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Old 26th May 2009, 14:28   #1
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Question Shorter wheelbase but large turning radius...WHY?

Fiat cars (Petra & Palio) have wheelbase of 2373 mm (shorter than most of the cars of same size). Despite their shorter wheelbase, these cars have large turning radii. Why can't Fiat do some changes to reduce the turning radius?

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Deepak
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Old 26th May 2009, 16:56   #2
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The turning radius of a car is dependant on 3 factors - the wheelbase, the gearing of the steering (how many turns lock to lock?) and the overhang of the bodywork.

Firstly, the Palio has the largest overhang as compared to its Peers - Swift and Getz. The length of the Palio is 3763mm and wheelbase is 2373mm, giving an overhang of 1390mm. The Swift is much better placed in this respect (L = 3695mm, WB = 2390mm, hence OH = 1305mm).

Secondly, I'm not sure, but I think the Palio steering is also higher geared.

This should answer your query.

Last edited by predatorwheelz : 26th May 2009 at 16:57. Reason: Proper punctutation
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Old 26th May 2009, 17:48   #3
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Quote:
Originally Posted by predatorwheelz View Post
The turning radius of a car is dependant on 3 factors - the wheelbase, the gearing of the steering (how many turns lock to lock?) and the overhang of the bodywork.

Firstly, the Palio has the largest overhang as compared to its Peers - Swift and Getz. The length of the Palio is 3763mm and wheelbase is 2373mm, giving an overhang of 1390mm. The Swift is much better placed in this respect (L = 3695mm, WB = 2390mm, hence OH = 1305mm).

Secondly, I'm not sure, but I think the Palio steering is also higher geared.

This should answer your query.
Thanks predatorwheelz! Overhang of bodywork is understandable as it is not easy for any company to keep changing basic platform (and hence the WB) of a car but why can't they change the gearing of the steering?
Almost all Fiat owners complain about large TR of their cars. Is Fiat simply not listening or is there anything more to it?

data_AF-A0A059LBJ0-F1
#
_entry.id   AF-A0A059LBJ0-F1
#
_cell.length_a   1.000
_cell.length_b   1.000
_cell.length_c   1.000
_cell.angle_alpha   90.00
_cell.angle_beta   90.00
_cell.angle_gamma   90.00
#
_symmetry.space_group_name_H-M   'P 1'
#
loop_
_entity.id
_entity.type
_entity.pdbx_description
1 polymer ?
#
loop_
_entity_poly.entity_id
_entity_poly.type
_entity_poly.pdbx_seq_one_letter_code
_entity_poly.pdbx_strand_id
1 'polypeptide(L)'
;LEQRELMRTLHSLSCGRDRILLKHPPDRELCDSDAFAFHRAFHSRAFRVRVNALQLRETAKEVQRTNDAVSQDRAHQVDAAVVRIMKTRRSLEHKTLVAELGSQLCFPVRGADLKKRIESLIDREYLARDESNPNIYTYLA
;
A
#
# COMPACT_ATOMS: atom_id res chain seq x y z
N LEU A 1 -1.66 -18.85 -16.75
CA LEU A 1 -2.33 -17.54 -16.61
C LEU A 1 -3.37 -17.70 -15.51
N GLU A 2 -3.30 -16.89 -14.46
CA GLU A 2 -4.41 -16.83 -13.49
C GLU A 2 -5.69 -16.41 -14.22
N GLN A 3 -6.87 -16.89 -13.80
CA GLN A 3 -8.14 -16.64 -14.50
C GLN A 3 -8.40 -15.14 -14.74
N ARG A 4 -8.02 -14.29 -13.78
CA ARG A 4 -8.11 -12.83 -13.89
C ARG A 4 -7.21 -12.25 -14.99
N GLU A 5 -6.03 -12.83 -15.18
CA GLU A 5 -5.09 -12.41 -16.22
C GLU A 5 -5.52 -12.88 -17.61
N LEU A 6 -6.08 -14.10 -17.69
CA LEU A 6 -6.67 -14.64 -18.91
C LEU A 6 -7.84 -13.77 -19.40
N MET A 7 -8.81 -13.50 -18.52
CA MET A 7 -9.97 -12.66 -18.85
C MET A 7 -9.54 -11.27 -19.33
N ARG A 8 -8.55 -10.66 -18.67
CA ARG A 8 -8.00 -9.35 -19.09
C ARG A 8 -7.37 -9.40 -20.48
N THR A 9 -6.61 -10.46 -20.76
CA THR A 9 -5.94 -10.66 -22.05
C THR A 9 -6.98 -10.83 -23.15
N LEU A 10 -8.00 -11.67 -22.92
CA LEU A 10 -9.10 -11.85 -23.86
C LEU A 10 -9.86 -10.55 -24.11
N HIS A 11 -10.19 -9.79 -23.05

Cheers,
Deepak

Last edited by deepgautam_qa : 26th May 2009 at 17:49.
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Old 27th May 2009, 13:32   #4
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Quote:
Originally Posted by predatorwheelz View Post
The turning radius of a car is dependant on 3 factors - the wheelbase, the gearing of the steering (how many turns lock to lock?) and the overhang of the bodywork.

... ...

This should answer your query.
Predatorwheelz,

That's a crisp post, but i have to point out that there are a few errors in your answer.

Wheelbase, agreed, is part of the equation. (and you could also say so is track)

Overhang
, thats a good point you bring up (this only affects the wall-to-wall turning radius, not the kerb-to-kerb).

Wall-to-wall - imagine you are turning in an alley with walls on both sides, no footpath/kerb.

Kerb-to-kerb - imagine you are turning on a road with low footpaths/kerbs on both sides. (ie the front overhang will move above the curve without touching)

I'm not sure which figures manufacturers quote, but wall-to-wall surely makes more sense in India, though given that kerb-to-kerb is smaller, they probably quote that figure!

Gearing of the Steering - this one is incorrect. The gearing, or "steering ratio" just affects how much the wheels turns per turn of the steering. Eg, with one turn of the steering, the angle of the front wheels might change 15* on one car, and 19* on a car with a more sensitive/higher-ratio steering. (A higher ratio steering will typically have less turns lock-to-lock).

But in the end, when you reach the steering lock - what matters is how far your wheels can turn (not how quickly they got there). If im not mistaken, this is known as the wheel-cut. Ie the angle to which the wheel can turn. (Not sure if its called something else as well?)

It would be interesting to compare the wheel-cut of the palio to other cars that size. I think this is where it loses out, since wheelbase/track/overhang aren't really issues.

Heres a related thread : http://www.team-bhp.com/forum/modifi...ible-mods.html (How to decrease the Turning radius(Any Possible Mods)??)


Quote:
Originally Posted by deepgautam_qa View Post
Almost all Fiat owners complain about large TR of their cars. Is Fiat simply not listening or is there anything more to it?
I wonder if this is in part something to do with the original design - and how they probably thought the car wouldn't really need a smaller turning radius in the context it was originally designed for?

cya
R

Last edited by Rehaan : 27th May 2009 at 13:35.
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